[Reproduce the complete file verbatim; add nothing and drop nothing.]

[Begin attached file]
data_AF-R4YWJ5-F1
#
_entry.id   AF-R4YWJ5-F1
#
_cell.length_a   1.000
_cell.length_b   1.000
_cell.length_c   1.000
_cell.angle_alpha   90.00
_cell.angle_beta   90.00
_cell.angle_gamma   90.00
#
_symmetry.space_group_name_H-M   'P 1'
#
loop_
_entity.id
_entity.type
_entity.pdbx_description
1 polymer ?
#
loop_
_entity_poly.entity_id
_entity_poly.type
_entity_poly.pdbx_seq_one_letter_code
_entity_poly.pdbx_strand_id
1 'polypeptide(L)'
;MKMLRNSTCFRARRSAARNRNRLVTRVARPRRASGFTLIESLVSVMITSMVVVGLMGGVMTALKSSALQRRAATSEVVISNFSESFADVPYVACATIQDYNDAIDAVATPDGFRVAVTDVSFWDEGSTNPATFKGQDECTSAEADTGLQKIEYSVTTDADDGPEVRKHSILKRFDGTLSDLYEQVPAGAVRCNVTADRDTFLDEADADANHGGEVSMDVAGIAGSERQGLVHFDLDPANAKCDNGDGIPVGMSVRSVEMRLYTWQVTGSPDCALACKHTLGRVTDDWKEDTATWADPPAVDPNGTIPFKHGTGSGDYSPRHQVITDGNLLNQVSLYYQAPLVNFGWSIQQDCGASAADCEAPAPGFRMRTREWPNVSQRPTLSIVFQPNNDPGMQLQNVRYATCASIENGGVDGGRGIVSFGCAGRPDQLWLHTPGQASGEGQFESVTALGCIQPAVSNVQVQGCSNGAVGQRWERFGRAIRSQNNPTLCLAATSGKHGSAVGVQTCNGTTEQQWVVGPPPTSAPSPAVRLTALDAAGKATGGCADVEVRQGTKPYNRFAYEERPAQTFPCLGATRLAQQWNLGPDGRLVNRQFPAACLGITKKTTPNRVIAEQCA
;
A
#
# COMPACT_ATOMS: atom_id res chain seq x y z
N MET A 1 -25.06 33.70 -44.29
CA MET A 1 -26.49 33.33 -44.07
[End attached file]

data_AF-R4YWJ5-F1
#
_entry.id   AF-R4YWJ5-F1
#
_cell.length_a   1.000
_cell.length_b   1.000
_cell.length_c   1.000
_cell.angle_alpha   90.00
_cell.angle_beta   90.00
_cell.angle_gamma   90.00
#
_symmetry.space_group_name_H-M   'P 1'
#
loop_
_entity.id
_entity.type
_entity.pdbx_description
1 polymer ?
#
loop_
_entity_poly.entity_id
_entity_poly.type
_entity_poly.pdbx_seq_one_letter_code
_entity_poly.pdbx_strand_id
1 'polypeptide(L)'
;MKMLRNSTCFRARRSAARNRNRLVTRVARPRRASGFTLIESLVSVMITSMVVVGLMGGVMTALKSSALQRRAATSEVVISNFSESFADVPYVACATIQDYNDAIDAVATPDGFRVAVTDVSFWDEGSTNPATFKGQDECTSAEADTGLQKIEYSVTTDADDGPEVRKHSILKRFDGTLSDLYEQVPAGAVRCNVTADRDTFLDEADADANHGGEVSMDVAGIAGSERQGLVHFDLDPANAKCDNGDGIPVGMSVRSVEMRLYTWQVTGSPDCALACKHTLGRVTDDWKEDTATWADPPAVDPNGTIPFKHGTGSGDYSPRHQVITDGNLLNQVSLYYQAPLVNFGWSIQQDCGASAADCEAPAPGFRMRTREWPNVSQRPTLSIVFQPNNDPGMQLQNVRYATCASIENGGVDGGRGIVSFGCAGRPDQLWLHTPGQASGEGQFESVTALGCIQPAVSNVQVQGCSNGAVGQRWERFGRAIRSQNNPTLCLAATSGKHGSAVGVQTCNGTTEQQWVVGPPPTSAPSPAVRLTALDAAGKATGGCADVEVRQGTKPYNRFAYEERPAQTFPCLGATRLAQQWNLGPDGRLVNRQFPAACLGITKKTTPNRVIAEQCA
;
A
#
# COMPACT_ATOMS: atom_id res chain seq x y z
N MET A 1 -25.06 33.70 -44.29
CA MET A 1 -26.49 33.33 -44.07